Preventing disaster

Published November 20, 2022

SOMETIMES inattention to commonsense precautions is often all that stands between us and disaster. To prevent that, the National Disaster Management Authority has issued guidelines for visitors to tourist sites in the country’s north during the current winter season. For one, people planning to travel to mountain retreats like Murree, Gilgit-Baltistan, Kaghan, etc should keep an eye on the weather forecast for their destinations and act accordingly. They should also check for updates on the National Highways and Motorway Police website pertaining to the status of their intended route, and carry basic travel necessities, including dry food, to sustain them and their travel companions for at least a period of 24 hours. Prescription medicines, emergency medical supplies must be taken along, as should warm clothes. Vehicles should be checked so they are not liable to break down en route; fresh air must be kept circulating through the air conditioning system and the exhaust pipe cleared of snow.

These lessons have been learnt after bitter experience. It is nearly one year since the ghastly Murree tragedy in January, which left at least 22 people dead after thousands of vehicles were stranded in a heavy snowstorm on the road leading to the hill station. Several of the victims reportedly froze to death in their cars, while others may have died from asphyxiation after inhaling exhaust fumes in snow-bound vehicles. However, the authorities rightly bore much of the blame for not preventing the disaster as well as not launching the rescue operations in time to save lives. Despite there being a limited amount of parking in the unplanned concrete jungle that sadly Murree is today, vehicles were allowed to continue heading towards it. That culminated in a situation where the hill station could accommodate no more, leaving the vehicles stranded far from their destination. The local administration did not have adequate heavy machinery to clear the snow, nor did it mobilise whatever means it had at its disposal in order for people to be rescued. There have been other occasions, especially over Eid holidays in recent years, when local tourists have been caught in massive traffic jams on the approach to popular destinations. But because those incidents transpired in summer, the outcome was nowhere near as horrifying. One hopes that proper SOPs have been drawn up so that the authorities, even while asking people to behave sensibly, cannot shirk their responsibility towards keeping the populace safe.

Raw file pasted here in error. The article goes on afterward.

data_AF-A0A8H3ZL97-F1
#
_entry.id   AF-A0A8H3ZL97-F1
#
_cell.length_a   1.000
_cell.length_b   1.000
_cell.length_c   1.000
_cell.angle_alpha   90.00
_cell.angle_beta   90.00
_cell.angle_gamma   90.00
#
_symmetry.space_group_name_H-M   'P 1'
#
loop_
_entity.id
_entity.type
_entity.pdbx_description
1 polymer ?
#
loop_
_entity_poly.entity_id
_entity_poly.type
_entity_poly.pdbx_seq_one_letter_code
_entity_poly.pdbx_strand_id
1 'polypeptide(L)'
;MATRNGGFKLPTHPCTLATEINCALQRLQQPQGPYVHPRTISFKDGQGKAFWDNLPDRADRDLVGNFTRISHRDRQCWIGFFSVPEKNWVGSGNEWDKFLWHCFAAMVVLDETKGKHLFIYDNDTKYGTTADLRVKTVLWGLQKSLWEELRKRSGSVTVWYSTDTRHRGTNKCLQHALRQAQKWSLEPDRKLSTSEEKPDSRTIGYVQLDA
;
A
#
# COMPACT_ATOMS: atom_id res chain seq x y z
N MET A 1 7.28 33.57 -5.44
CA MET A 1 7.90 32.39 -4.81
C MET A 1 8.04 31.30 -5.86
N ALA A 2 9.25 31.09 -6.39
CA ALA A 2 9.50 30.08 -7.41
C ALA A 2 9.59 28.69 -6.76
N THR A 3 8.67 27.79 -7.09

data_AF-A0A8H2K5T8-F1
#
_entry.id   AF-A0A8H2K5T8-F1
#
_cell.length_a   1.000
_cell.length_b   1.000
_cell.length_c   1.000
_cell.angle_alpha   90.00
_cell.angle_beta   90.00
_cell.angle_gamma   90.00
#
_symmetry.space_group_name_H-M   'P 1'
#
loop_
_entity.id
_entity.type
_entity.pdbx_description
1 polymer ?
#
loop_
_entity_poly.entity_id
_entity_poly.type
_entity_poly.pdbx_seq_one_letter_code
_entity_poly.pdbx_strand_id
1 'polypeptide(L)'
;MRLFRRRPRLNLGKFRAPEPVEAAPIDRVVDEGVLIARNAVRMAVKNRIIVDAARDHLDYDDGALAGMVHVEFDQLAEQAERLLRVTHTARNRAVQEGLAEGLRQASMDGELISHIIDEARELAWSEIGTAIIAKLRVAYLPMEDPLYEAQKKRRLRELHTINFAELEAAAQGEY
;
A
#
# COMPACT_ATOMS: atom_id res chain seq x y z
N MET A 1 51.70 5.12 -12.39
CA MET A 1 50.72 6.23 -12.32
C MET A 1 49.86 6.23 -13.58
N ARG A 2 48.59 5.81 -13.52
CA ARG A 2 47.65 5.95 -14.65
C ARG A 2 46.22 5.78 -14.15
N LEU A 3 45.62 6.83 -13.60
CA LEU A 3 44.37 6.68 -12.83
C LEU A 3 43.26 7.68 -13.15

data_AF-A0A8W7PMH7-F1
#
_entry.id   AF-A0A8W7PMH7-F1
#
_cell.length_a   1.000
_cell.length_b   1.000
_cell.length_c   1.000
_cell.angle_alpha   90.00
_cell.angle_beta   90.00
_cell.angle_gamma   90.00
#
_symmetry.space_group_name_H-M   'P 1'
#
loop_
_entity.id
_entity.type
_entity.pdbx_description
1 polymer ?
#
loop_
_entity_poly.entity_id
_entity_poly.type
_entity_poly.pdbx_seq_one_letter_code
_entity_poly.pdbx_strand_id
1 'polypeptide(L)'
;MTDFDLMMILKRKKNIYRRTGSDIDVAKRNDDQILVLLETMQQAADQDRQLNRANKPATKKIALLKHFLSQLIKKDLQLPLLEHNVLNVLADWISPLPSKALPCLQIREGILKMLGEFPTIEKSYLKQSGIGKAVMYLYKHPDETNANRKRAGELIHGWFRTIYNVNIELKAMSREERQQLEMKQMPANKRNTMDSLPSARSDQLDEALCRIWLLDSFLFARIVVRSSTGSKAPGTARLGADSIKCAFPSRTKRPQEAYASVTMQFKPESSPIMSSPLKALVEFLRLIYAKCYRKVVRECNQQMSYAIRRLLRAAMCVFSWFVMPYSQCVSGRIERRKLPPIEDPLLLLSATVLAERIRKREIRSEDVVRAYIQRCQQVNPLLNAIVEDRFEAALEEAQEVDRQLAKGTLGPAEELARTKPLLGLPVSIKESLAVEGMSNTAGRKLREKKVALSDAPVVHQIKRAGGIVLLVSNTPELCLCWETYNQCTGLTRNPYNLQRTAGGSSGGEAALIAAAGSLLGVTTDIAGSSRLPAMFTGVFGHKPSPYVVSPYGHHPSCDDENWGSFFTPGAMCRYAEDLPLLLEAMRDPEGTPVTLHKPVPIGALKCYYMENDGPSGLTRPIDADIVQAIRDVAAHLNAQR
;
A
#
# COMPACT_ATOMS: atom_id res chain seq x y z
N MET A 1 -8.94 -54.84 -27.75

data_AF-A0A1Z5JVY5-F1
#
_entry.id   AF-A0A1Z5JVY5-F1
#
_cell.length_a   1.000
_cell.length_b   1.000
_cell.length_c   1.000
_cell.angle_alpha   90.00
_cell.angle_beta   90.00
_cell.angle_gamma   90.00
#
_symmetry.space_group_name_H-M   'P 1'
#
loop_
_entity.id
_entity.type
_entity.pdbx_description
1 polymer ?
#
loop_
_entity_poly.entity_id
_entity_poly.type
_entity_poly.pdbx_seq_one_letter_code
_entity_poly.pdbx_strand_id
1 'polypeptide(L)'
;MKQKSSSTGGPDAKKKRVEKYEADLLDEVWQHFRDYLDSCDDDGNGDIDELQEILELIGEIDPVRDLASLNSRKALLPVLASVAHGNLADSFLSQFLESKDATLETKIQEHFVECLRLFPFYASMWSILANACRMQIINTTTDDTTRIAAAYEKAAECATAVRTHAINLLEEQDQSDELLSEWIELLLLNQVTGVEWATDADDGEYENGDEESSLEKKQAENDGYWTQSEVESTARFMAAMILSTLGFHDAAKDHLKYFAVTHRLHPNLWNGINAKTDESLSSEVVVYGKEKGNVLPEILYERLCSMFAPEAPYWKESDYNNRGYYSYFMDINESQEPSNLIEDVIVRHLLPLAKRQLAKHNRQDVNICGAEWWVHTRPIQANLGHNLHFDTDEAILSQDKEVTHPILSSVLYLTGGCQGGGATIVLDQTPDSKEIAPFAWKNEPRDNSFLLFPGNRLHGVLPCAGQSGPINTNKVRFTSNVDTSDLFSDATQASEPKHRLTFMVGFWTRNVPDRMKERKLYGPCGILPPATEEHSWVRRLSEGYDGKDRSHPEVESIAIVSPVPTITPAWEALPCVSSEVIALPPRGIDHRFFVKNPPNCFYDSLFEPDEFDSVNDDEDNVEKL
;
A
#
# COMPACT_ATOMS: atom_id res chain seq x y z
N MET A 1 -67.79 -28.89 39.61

Published in Dawn, November 20th, 2022

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